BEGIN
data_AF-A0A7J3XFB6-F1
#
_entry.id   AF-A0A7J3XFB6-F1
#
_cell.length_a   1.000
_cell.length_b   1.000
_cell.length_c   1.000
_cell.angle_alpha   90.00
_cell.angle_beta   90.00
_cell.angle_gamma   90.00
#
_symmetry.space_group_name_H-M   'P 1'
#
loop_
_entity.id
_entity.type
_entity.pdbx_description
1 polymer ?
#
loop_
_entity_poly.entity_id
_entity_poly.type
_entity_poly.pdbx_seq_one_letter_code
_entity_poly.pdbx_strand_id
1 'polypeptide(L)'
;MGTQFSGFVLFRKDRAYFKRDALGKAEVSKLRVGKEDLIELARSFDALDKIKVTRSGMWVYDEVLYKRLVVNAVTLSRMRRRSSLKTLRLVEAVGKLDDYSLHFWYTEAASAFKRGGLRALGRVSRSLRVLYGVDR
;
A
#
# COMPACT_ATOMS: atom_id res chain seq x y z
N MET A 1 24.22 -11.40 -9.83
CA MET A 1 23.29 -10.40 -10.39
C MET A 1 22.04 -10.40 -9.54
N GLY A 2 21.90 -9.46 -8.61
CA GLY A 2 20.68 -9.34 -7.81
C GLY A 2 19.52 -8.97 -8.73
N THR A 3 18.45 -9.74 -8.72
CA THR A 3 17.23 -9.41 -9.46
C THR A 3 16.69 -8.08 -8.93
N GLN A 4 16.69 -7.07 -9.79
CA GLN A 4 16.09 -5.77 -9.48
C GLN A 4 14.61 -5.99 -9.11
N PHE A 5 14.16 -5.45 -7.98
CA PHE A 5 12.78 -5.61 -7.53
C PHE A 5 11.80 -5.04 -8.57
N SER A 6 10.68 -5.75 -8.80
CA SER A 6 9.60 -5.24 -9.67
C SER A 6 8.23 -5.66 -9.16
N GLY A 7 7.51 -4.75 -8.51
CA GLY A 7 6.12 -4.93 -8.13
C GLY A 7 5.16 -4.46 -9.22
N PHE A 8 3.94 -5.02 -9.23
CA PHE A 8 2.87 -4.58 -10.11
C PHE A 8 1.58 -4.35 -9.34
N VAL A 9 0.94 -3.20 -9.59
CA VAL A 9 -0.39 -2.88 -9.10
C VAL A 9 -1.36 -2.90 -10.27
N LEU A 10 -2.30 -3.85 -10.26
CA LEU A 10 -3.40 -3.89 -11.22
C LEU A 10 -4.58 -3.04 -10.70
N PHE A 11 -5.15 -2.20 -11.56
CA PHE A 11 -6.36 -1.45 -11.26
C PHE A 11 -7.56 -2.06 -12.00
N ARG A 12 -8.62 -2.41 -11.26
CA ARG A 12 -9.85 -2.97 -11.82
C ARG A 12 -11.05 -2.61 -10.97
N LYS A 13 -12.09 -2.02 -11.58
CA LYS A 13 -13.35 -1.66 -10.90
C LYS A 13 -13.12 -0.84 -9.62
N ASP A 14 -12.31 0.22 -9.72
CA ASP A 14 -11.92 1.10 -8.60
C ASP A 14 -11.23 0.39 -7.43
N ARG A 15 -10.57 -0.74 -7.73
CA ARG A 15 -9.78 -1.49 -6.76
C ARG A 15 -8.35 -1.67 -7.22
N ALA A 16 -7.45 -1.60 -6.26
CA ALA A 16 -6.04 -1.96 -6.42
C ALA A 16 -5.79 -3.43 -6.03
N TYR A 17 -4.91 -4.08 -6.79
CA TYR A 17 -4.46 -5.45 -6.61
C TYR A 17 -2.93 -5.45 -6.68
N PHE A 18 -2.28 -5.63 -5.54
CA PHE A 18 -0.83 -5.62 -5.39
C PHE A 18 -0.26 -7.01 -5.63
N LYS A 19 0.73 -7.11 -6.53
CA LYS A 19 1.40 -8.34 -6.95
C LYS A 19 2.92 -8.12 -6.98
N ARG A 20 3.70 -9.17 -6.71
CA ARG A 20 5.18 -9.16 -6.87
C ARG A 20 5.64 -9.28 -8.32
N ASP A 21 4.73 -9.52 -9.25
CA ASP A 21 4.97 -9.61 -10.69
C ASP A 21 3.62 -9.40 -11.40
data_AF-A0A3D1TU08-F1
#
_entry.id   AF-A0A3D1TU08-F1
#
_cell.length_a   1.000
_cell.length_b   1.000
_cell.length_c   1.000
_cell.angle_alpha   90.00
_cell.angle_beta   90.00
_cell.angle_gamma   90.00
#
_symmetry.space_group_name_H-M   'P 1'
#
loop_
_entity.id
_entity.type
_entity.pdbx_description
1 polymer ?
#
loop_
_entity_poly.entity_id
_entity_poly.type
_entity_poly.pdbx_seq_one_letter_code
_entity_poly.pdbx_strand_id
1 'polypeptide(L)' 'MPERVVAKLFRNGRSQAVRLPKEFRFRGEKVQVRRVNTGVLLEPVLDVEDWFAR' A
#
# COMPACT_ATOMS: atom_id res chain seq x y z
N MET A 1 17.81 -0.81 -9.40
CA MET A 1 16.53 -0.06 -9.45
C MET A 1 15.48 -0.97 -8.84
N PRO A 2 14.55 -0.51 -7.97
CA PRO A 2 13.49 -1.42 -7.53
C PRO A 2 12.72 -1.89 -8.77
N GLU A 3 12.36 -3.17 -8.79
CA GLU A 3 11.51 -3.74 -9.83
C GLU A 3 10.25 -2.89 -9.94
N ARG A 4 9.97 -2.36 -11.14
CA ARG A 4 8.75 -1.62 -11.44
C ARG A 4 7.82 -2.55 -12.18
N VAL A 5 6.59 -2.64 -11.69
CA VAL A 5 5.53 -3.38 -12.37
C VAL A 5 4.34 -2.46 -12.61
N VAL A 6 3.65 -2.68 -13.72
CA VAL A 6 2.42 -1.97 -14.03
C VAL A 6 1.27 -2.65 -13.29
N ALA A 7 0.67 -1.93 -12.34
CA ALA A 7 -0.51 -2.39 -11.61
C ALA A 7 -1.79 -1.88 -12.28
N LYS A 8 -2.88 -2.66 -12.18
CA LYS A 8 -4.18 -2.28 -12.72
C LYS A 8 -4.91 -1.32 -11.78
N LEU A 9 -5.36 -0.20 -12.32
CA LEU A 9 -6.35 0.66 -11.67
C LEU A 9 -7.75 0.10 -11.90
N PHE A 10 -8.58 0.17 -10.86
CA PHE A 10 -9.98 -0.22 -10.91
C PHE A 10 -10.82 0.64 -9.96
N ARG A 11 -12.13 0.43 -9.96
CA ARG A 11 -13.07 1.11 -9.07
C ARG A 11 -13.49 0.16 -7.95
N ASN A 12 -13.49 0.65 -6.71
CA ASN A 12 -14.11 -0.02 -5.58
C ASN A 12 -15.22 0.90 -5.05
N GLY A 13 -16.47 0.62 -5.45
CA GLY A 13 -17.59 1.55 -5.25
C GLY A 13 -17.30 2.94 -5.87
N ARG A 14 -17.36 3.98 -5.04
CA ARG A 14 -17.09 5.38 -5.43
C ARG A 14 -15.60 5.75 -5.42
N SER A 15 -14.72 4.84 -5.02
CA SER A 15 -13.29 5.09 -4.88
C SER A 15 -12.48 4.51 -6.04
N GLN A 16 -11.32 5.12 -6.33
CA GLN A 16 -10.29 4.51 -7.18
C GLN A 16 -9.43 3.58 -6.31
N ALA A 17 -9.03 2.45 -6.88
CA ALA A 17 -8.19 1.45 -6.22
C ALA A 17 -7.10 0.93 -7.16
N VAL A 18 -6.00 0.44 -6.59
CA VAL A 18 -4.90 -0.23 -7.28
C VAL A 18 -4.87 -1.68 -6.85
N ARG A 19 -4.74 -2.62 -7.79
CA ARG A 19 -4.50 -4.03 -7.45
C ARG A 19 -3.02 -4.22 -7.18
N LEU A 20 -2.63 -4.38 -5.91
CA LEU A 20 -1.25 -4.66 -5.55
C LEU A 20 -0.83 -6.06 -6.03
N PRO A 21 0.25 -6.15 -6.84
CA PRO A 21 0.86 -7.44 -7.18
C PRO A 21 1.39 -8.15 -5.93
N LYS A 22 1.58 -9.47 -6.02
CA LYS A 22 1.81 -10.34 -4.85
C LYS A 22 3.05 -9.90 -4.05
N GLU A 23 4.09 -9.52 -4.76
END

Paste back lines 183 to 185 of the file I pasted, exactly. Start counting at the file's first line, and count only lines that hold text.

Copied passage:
C PRO A 21 1.39 -8.15 -5.93
N LYS A 22 1.58 -9.47 -6.02
CA LYS A 22 1.81 -10.34 -4.85